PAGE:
Teacher argues against proposed code of conduct

May 8th, 2014 at 10:00 am by David Farrar

Stuff reports:

Another sticking point in the bill was around the introduction of a code of conduct to replace a code of ethics.

Jules Nicholas, a teacher with more than 16 years experience in New Zealand and the United Kingdom, said a code of conduct was not needed.

“We already have an aspiration code of ethics that we value and set high standards for us in the profession.

“I’m a teacher with three teenage children and expect that the teachers who appear in front of my children will adhere to the code of ethics.

“Do we really need a code of conduct? Are you saying that you don’t trust the thousands of teachers that work in the thousands of classrooms every day in the thousands of schools?”

I’m amazed anyone can argue there is no need for a binding code of conduct.

The chair of the soon to be scrapped New Zealand Teachers’ Council, Alison McAlpine, said the new council would need greater powers to discipline teachers than it currently had.

“The new professional body should have the power to cancel a teacher’s registration for competence reasons.”

Under the proposed amendments, a teacher’s practising certificate could be cancelled but not a registration, although that could be done in matters of serious misconduct.

That needed to be changed so the new body could cancel registrations based on incompetence, McAlpine said.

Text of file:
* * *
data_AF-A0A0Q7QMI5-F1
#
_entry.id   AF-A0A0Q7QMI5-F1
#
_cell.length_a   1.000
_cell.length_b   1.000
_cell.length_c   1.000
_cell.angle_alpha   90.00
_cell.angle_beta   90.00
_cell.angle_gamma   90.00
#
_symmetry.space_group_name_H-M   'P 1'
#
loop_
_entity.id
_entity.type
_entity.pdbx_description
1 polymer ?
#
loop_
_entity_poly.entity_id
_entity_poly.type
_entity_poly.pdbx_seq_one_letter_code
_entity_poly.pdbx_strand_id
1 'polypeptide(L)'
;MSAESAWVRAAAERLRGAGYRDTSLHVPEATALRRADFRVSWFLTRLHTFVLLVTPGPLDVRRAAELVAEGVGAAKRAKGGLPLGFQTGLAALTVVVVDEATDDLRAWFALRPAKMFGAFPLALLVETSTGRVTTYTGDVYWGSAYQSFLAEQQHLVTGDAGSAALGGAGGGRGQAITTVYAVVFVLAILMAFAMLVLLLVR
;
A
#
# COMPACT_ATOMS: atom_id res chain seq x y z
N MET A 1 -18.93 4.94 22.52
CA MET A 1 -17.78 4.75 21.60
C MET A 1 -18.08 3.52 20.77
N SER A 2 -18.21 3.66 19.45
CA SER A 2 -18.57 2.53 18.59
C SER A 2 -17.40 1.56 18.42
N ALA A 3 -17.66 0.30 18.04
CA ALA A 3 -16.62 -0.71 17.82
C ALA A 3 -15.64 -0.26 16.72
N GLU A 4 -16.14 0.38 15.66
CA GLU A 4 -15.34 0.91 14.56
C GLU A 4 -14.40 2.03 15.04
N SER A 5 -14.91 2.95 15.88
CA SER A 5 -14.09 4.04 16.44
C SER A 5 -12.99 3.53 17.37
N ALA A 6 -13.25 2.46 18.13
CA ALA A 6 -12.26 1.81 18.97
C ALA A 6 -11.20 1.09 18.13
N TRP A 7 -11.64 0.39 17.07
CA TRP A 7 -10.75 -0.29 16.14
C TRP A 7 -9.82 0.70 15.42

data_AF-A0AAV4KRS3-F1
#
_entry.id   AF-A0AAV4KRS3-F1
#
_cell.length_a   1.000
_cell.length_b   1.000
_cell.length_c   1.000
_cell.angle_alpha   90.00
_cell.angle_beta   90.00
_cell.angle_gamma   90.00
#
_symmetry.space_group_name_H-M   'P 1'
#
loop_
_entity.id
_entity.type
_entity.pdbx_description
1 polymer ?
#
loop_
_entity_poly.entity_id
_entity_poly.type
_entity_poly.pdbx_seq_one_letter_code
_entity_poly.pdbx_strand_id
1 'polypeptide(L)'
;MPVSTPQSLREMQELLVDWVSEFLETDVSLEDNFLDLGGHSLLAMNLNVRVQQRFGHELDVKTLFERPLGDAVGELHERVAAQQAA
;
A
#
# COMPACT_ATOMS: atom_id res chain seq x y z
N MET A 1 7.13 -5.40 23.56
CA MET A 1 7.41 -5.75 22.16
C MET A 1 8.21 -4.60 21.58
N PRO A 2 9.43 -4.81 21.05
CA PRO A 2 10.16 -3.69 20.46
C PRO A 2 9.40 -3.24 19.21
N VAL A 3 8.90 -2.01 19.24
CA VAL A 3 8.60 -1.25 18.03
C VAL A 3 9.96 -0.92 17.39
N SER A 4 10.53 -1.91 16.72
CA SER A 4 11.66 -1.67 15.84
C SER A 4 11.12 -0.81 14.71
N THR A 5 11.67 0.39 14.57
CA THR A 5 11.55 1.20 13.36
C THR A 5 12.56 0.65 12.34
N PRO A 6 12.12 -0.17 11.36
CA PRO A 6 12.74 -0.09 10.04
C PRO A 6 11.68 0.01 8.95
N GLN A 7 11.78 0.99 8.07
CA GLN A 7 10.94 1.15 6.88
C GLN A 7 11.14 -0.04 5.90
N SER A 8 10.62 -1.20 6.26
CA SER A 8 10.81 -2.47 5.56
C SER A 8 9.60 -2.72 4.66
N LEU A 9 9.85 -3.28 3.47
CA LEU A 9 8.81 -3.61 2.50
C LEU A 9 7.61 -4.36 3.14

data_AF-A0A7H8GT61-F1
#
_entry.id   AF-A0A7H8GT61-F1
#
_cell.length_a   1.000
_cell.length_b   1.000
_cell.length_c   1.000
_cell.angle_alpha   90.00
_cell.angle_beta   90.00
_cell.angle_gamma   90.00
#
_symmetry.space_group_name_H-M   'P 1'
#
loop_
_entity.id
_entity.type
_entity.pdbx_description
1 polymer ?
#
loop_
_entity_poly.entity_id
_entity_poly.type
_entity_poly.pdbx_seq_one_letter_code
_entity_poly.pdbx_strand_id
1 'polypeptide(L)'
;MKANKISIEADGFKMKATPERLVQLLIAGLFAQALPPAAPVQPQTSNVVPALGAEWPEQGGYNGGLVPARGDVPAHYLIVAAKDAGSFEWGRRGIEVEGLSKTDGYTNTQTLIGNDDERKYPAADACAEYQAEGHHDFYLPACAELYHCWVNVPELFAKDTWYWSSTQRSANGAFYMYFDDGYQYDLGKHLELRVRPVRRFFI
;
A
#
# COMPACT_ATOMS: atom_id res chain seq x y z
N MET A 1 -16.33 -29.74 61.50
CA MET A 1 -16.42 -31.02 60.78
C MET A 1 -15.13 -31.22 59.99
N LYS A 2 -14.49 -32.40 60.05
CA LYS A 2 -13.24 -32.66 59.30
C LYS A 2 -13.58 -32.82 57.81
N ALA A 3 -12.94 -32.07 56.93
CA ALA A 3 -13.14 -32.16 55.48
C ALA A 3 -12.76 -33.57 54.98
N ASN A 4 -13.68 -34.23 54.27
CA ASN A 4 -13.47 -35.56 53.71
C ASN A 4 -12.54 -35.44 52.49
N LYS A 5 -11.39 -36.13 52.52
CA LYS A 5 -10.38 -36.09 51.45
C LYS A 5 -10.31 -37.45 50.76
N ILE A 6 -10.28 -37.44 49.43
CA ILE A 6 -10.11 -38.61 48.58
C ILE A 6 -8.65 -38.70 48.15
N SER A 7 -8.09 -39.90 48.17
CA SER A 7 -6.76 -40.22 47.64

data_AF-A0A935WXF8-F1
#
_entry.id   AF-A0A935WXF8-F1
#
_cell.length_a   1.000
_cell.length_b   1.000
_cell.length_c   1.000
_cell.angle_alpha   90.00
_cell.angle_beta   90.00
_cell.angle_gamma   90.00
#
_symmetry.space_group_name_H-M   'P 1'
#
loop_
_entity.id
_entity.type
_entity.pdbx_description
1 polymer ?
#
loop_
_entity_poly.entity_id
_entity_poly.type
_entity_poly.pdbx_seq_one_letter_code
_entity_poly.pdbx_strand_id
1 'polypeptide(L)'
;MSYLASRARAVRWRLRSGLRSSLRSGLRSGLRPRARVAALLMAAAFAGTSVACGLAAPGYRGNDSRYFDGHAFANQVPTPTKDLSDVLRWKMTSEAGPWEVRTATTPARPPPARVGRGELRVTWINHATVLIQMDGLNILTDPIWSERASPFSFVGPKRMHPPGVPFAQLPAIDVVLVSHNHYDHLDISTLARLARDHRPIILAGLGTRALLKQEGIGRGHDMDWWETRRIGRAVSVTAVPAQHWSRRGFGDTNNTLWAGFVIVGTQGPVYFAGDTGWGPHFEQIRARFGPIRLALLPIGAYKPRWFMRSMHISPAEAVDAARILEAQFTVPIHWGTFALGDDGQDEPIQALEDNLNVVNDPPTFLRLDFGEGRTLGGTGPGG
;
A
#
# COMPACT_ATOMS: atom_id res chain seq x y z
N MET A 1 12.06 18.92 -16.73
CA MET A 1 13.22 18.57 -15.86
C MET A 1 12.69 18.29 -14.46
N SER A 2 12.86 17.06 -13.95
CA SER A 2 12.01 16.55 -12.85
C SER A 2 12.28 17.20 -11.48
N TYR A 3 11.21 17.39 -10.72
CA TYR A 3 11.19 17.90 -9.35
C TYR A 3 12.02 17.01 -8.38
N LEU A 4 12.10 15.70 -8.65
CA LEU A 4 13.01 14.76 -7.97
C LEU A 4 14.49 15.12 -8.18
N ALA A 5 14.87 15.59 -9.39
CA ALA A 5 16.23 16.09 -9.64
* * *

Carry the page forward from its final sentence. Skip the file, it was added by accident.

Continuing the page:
That would be good.

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32 Responses to “Teacher argues against proposed code of conduct”

  1. WineOh (608 comments) says:

    (spellcheck the title?)

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  2. Kimbo (747 comments) says:

    Teachers: They really are a different breed and gender, aren’t they?!

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  3. RightNow (6,844 comments) says:

    “Do we really need a code of conduct?”

    As a parent I say yes, teachers absolutely need a code of conduct.

    “Are you saying that you don’t trust the thousands of teachers that work in the thousands of classrooms every day in the thousands of schools?”

    As a profession I think teachers are one of the most trustworthy, and every day I drop my kids at school I am entrusting the most valuable things in my life to the care of teachers. But individually some of those thousands of teachers are going to be bad. And if there is no code of conduct and the powers to investigate and discipline the few bad ones then the profession as a whole will suffer credibility.

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  4. Kea (11,878 comments) says:

    Codes of conduct are rarely followed and generally exist only as a wall hanging. They are usually refered to only as a means of targeting people who are not towing the line, for other reasons.

    What matters is the conduct itself, not the declared values.

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  5. Kea (11,878 comments) says:

    “(spellcheck the title?)”

    Oh look a Teacher ! ;)

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  6. geoff3012 (56 comments) says:

    Kimbo (460 comments) says:
    May 8th, 2014 at 10:19 am
    “Teachers: They really are a different breed and gender, aren’t they?!”

    Yep….the 3rd sex…..male,female and school teachers!

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  7. tvb (4,255 comments) says:

    Please please please can registrations be cancelled for incompetence. But the Teachers will resist that with all the power their arrogant Union can muster

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  8. igm (1,413 comments) says:

    Teachers and their unions are protectors of paedophilia, looking at the number of convicted ex-teachers (or messengers of the left), convicted or caught for disgusting offences in the past ten years. Most have been in positions with no one daring to blow the whistle because of their union cultures.

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  9. Colville (2,191 comments) says: